Watch For The Dips

'17 Scherzer

For as long as kids have looked at the back of baseball cards, they’ve had a general understanding of ERA (Earned Run Average). If you look up the definition, the general consensus is “A measure of a pitcher’s performance by dividing the total earned runs allowed by the total of innings pitched and multiplying by nine”. My baseball education taught that it was earned runs multiplied by nine, divided by innings pitched but the numbers come out the same. The premise of the statistic was to not burden a pitcher with runs that had been enabled by errors or passed balls. In other words, eliminating from the calculation events that were out of his control.


If you’ve watched enough baseball to give the definition a personal “eye test”, you already know that numerous runs score in a game that don’t necessarily fit the criteria. If a pitcher leaves the game with the bases loaded (through hits & walks) and the relief pitcher gives up a triple, the original hurler just gave up three earned runs while he was sitting in the dugout. If there are runners on 2B & 3B with two outs and a weak groundball trickles under the glove of the shortstop into left field, two earned runs score whether the fielder in question was Pee Wee Reese or Pokey Reese. Outcomes like these are what motivate the development of advanced baseball statistics.


In an attempt to move beyond ERA, we now have a stat called DIPS (Defensive Independent Pitching). The essential theory is that pitchers can only really control strikeouts, walks and home runs allowed. To that end, analysts have come up with a formula to determine a pitcher’s skill based on those three factors and once that number is calculated, they tie it to MLB’s run scoring environment so that it aligns with ERA.


The question for those of us playing Fantasy Baseball is if the DIPS numbers can assist in determining the value and predictability of pitchers. Many a team has been torpedoed by a couple of starting pitchers that didn’t perform to expectations and we’re always looking for an edge. As a 20+ year fantasy veteran has said many times, “I hate pitchers”. Just taking a superficial look at DIPS results for 2017 reveals the following tidbits.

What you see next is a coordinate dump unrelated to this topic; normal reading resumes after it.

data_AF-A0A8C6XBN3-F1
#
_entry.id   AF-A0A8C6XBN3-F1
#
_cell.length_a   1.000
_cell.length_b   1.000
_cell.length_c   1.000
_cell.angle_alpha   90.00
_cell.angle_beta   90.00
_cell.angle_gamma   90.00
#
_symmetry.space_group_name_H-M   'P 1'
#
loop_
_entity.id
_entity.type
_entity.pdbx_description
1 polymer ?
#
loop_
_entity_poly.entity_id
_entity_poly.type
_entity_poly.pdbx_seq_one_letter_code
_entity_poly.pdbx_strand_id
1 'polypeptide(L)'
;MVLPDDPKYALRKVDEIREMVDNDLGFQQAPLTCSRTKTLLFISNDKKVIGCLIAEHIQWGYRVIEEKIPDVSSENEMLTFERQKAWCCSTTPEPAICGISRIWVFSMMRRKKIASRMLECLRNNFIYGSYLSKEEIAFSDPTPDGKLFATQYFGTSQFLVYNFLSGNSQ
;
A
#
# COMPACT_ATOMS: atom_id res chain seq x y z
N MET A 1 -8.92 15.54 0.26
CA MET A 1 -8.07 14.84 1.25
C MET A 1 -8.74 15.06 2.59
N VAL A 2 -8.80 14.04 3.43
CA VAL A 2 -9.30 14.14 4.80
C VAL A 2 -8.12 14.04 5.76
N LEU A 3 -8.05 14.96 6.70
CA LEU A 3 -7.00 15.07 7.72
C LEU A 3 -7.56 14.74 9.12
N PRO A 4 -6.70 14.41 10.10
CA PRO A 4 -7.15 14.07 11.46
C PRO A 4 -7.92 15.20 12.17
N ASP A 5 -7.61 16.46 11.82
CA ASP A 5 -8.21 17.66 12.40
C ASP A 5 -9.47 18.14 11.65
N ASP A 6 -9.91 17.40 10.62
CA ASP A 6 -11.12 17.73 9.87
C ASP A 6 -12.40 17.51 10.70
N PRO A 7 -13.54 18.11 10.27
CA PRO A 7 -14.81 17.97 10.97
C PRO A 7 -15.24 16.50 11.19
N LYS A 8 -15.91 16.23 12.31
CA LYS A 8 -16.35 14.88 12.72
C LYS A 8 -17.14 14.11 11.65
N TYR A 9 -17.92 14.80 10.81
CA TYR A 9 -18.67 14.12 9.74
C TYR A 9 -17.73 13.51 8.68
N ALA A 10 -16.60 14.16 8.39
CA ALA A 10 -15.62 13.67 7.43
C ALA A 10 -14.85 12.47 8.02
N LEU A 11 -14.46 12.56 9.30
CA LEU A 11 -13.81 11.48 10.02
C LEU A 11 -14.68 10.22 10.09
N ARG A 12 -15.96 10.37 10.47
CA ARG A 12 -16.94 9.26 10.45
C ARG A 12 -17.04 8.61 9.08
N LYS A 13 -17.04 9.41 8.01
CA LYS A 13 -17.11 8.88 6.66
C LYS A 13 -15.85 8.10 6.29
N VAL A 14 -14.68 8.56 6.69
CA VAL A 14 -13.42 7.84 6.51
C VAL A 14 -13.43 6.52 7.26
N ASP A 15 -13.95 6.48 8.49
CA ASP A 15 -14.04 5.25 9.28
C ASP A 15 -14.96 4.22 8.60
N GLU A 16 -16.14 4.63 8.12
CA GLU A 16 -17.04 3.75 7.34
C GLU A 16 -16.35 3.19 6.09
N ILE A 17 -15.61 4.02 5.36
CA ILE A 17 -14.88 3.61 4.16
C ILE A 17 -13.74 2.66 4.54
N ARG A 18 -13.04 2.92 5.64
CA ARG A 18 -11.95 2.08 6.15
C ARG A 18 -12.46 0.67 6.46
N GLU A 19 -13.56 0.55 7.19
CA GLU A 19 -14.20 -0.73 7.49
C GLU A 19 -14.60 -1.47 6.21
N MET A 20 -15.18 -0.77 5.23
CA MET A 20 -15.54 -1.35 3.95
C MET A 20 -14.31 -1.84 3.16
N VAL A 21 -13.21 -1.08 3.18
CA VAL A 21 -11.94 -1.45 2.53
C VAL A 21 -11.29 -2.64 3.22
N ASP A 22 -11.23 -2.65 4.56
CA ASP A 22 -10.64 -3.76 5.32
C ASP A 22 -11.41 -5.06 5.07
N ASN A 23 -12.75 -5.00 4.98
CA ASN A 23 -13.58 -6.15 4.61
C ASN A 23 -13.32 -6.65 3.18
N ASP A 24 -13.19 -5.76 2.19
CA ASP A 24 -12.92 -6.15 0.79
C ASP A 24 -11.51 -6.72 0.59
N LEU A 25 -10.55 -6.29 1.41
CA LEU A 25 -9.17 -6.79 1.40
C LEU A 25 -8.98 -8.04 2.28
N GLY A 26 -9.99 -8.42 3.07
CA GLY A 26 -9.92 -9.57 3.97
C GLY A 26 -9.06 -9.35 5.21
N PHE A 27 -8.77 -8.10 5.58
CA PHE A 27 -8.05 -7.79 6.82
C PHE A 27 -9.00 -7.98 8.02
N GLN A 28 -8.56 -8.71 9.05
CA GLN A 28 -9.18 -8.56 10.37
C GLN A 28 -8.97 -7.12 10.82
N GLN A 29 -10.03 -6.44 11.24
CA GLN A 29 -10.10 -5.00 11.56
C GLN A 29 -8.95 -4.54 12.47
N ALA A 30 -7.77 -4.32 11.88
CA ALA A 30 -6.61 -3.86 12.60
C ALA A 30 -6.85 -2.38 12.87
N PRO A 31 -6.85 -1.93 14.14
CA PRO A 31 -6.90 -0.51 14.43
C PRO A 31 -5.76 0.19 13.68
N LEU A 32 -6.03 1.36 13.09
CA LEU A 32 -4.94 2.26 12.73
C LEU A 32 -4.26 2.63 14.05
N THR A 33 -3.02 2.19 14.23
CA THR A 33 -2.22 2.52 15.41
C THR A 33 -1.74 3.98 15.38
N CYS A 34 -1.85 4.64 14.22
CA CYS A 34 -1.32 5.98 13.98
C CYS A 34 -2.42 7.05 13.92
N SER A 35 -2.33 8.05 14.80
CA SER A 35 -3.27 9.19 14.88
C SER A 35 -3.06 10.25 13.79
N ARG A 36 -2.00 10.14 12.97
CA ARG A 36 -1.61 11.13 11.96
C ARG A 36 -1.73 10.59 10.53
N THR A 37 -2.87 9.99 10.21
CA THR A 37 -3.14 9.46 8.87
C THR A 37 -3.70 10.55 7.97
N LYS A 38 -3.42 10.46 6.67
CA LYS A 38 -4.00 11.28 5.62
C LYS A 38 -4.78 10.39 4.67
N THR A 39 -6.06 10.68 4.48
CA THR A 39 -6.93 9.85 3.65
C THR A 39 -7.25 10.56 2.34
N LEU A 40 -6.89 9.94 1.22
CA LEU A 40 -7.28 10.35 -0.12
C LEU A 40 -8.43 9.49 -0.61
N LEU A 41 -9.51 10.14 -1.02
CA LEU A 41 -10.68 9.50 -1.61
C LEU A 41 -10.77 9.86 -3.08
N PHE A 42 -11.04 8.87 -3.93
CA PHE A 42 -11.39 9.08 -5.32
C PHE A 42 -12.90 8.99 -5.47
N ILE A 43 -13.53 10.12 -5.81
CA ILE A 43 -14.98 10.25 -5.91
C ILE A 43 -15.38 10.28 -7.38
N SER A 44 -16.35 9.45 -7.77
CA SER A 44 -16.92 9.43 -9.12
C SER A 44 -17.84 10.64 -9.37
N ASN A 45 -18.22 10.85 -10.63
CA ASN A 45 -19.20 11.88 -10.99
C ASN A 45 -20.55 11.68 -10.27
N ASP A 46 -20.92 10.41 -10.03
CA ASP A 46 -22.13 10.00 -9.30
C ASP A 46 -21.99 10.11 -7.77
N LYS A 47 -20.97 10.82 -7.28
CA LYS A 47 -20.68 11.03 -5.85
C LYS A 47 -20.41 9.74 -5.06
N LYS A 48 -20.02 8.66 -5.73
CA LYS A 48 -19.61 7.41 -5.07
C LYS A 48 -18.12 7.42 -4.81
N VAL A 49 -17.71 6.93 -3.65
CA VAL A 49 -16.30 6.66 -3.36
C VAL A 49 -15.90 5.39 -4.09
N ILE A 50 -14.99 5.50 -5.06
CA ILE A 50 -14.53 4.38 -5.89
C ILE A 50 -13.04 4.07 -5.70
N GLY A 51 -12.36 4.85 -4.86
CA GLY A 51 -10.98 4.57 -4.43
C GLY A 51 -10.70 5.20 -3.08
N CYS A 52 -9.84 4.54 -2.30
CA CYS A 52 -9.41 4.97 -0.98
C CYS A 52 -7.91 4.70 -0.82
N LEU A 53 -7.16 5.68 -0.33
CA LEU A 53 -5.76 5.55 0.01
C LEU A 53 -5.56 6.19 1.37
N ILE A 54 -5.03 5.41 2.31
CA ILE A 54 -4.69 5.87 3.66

> For the season, only eight (8) major league starting pitchers had an ERA under 3.00, while just four (4) had a DIPS under the same threshold. The members of the exclusive club that land on both lists are Corey Kluber, Chris Sale, Stephen Strasburg & Max Scherzer.


> Let’s look at the other four sub-3.00 ERA hurlers and see how their performance matched up when teammates were taken out of the equation. Clayton Kershaw’s DIPS number of 3.02 was significantly higher than his 2.31 ERA (2nd best overall). Could it be that his season wasn’t quite as good as it looked on the surface? Luis Severino’s 3.06 DIPS number was very close to his actual 2.98 ERA, so that performance looks solid. The other two posted numbers that make you think twice on their Fantasy (and real-world) value. Gio Gonzalez had a DIPS figure (3.87) almost a run higher than his ERA (2.96) and Robbie Ray was in a similar category with a DIPS number of 3.59 compared to a 2.89 ERA. While these are certainly two very good Pitchers, the question is, are they as good as they seemed in 2017?


> So, if you’re a Fantasy owner or a real-world GM, how can these new statistics help your cause? Let’s start with free agent SP’s still on the market (as 1/7)…


* Yu Darvish, 3.86 ERA / 3.73 DIPS – Looking for a six-year deal?

* Jake Arrieta, 3.53 ERA / 4.04 DIPS – In his 30’s looking for a nine-figure contract?

* Lance Lynn, 3.43 ERA / 4.73 DIPS – Is this worth four years and $50-$60 Million?

* Alex Cobb, 3.66 ERA / 4.12 DIPS – A contract similar to Lynn’s?

* Andrew Cashner, 3.40 ERA / 4.73 DIPS – Should be represented by Penn & Teller because this is smoke & mirrors.


> What other rotation members might be slightly over-rated or over-priced? In other words, you might want to temper your expectations.


* Drew Pomeranz, 3.32 ERA / 3.82 DIPS

* Marcus Stromen, 3.09 ERA / 3.90 DIPS

* Sonny Gray, 3.55 ERA / 3.86 DIPS

* Zach Davies, 3.90 ERA / 4.19 DIPS


> How about the hurlers who might have had some bad luck in 2017?


* Chris Archer, 4.05 ERA / 3.34 DIPS

* Jeff Samardzija, 4.42 ERA / 3.52 DIPS

* Jose Quintana, 4.15 ERA / 3.57 DIPS

* Michael Wacha, 4.13 ERA / 3.58 DIPS

* Jon Lester, 4.33 ERA / 3.97 DIPS

* Tanner Roark, 4.67 ERA / 4.00 DIPS


> And, of course, every team wants stability on their staff.


* Aaron Nola, 3.54 ERA / 3.23 DIPS

* Zack Greinke, 3.20 ERA / 3.27 DIPS

* Jacob DeGrom, 3.53 ERA / 3.36 DIPS

* Michael Fullmer 3.83 ERA / 3.70 DIPS

* Carlos Martinez, 3.64 ERA / 3.81 DIPS


You’ll notice that Win-Loss records aren’t part of this analysis. Fantasy players have long understood the cruel category of “Wins” but the real game has begun to catch up. With starting pitchers going less innings and teams spending $8 Million on middle relievers, the concept of a 20-game winner is a thing of the past. In 2017, no big-league Pitcher even won 19 games…Yu Darvish won 10 games! MLB teams are no longer concerned with starters going deep into games because they’ve got lock-down guys in the bullpen. What they want is quality innings.


> Who’s the worst when it comes to DIPS? 2017’s bottom five are Jeremy Hellickson (5.64), Jose Urena (5.11), John Lackey (5.06), Ricky Nolasco (4.89) & Julio Teheran (4.81).


As always, Fantasy success comes from balance, both on your team and in your scouting, so maybe DIPS has a place in your toolbox. And, the next time one of your baseball buddies asks how you are, you can reply, “I’m feeling much better now that I’m monitoring my DIPS”.






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